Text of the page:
The Devil is in the Details
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YOU WON’T FIND a mess of power cables following in the wake of photographer Lindsay Ross. She prefers an analog operation.
Her works, which decorate the walls of the Faust Haus and the pages of this magazine, seek to revive the art of wetplate collodion. A largely forgotten craft that harkens back to the 1800s, it’s a painstakingly technical process that requires an exacting eye, years of practice, and a seemingly limitless supply of patience. For Ross, it’s a chance to connect to her craft on a deeper level. “It really disengages the ego because it’s so engaging physically,” she says. “The whole process slows down the image-making pace, and I think that’s for the better.”
IN THE WET plate collodion process, the photographer is required to have a darkroom on-site in order to sensitize, expose, and develop the image on the glass within a 10-minute window. The glass, which becomes the film, is placed in a light-tight film holder. The image is focused onto a piece of frosted glass in the back of the camera called the ground glass. The image is then projected through a lens onto the film in the film holder, and the photographer develops the image on the glass. The images are direct positives on the substrates and cannot be reproduced, meaning the film itself becomes the object that hangs on the wall.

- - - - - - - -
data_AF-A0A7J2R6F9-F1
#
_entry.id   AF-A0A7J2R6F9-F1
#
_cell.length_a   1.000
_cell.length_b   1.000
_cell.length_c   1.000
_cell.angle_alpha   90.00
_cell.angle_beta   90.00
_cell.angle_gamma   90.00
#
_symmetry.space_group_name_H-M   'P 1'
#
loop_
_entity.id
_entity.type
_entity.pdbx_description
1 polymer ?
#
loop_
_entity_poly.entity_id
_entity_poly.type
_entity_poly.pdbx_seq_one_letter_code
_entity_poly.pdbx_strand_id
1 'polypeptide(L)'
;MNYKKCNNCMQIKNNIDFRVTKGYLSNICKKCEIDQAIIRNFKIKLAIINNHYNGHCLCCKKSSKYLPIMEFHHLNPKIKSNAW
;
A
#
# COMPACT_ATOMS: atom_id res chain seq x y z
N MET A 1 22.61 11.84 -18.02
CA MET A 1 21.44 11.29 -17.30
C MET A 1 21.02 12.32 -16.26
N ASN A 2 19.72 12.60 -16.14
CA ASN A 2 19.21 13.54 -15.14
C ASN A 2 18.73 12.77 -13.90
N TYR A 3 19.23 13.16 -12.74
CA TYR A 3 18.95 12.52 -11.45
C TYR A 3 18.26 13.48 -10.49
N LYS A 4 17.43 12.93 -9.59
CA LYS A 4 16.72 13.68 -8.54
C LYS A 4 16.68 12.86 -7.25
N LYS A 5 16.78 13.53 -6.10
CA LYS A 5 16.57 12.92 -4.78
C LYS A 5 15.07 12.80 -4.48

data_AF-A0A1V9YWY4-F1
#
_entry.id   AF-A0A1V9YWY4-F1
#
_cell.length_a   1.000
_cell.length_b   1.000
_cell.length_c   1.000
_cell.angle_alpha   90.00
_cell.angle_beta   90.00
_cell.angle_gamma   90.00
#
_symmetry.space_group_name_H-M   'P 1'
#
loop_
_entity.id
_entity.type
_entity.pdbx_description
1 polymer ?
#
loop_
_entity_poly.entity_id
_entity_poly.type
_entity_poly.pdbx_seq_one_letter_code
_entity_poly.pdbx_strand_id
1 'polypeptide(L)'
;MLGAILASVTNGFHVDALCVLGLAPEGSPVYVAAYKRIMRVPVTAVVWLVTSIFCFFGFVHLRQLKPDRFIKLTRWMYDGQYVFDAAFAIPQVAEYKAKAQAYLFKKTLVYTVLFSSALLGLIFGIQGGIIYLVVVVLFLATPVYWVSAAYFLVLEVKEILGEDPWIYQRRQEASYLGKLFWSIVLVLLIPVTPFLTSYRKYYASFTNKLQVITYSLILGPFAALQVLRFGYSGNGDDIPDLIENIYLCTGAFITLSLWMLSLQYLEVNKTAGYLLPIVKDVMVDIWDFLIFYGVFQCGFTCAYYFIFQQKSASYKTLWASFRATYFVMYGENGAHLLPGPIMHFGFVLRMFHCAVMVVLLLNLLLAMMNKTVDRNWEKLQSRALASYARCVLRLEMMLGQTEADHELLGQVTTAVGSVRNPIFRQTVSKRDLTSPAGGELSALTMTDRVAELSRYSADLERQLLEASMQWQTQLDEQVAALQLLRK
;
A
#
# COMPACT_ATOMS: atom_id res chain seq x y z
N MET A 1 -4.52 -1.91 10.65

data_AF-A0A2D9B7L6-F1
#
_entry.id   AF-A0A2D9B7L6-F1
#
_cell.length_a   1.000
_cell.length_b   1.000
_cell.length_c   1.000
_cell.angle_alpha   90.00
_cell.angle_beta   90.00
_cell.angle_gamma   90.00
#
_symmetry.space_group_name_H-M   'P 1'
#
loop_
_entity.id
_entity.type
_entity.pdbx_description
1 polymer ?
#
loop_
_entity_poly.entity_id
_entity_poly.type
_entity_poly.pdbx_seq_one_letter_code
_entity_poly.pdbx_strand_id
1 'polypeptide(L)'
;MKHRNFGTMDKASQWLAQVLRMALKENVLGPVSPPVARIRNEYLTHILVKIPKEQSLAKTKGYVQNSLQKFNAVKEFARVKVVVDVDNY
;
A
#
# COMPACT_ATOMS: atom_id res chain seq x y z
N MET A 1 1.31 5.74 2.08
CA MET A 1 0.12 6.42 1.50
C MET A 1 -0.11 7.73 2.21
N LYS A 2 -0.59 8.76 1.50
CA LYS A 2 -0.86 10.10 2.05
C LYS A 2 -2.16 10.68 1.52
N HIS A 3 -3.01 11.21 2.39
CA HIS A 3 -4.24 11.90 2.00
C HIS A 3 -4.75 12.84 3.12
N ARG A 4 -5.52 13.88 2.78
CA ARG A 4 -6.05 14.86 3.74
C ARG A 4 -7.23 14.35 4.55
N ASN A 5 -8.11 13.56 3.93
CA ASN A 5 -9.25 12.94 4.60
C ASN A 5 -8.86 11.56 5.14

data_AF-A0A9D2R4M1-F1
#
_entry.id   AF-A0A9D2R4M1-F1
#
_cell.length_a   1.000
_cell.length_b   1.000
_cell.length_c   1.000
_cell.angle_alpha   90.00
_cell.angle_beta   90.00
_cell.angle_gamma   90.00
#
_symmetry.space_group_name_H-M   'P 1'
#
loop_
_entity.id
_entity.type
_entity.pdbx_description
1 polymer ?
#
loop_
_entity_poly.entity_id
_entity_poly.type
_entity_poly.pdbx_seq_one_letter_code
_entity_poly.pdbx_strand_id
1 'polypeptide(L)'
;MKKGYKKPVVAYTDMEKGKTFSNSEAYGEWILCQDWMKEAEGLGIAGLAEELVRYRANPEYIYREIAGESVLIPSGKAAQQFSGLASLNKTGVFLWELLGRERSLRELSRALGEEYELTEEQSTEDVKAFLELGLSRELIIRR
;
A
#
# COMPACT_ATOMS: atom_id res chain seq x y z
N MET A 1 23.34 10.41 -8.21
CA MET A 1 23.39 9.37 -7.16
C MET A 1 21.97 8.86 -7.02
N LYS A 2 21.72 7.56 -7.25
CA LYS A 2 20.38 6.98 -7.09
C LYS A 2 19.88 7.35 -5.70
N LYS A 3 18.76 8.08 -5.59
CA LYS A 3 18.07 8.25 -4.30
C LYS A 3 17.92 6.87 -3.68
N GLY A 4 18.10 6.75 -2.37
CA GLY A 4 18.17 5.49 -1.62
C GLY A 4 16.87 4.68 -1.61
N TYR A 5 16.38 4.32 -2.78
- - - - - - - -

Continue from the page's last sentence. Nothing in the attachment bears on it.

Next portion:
THE RESULT IS a photograph that, composition and subject matter aside, finds its initial value in the simple fact that it cannot be edited or re-created. It’s a moment in time, uniquely rendered by Ross in her signature style. “I would define my work as authentic, grounded, and yet sublime,” Ross tells us. “There is always an element of labor and struggle against the constraints of the process, as though the struggle is a part of the work itself, and I think part of what makes my work beautiful is the potential for error. It feels very human and mortal.”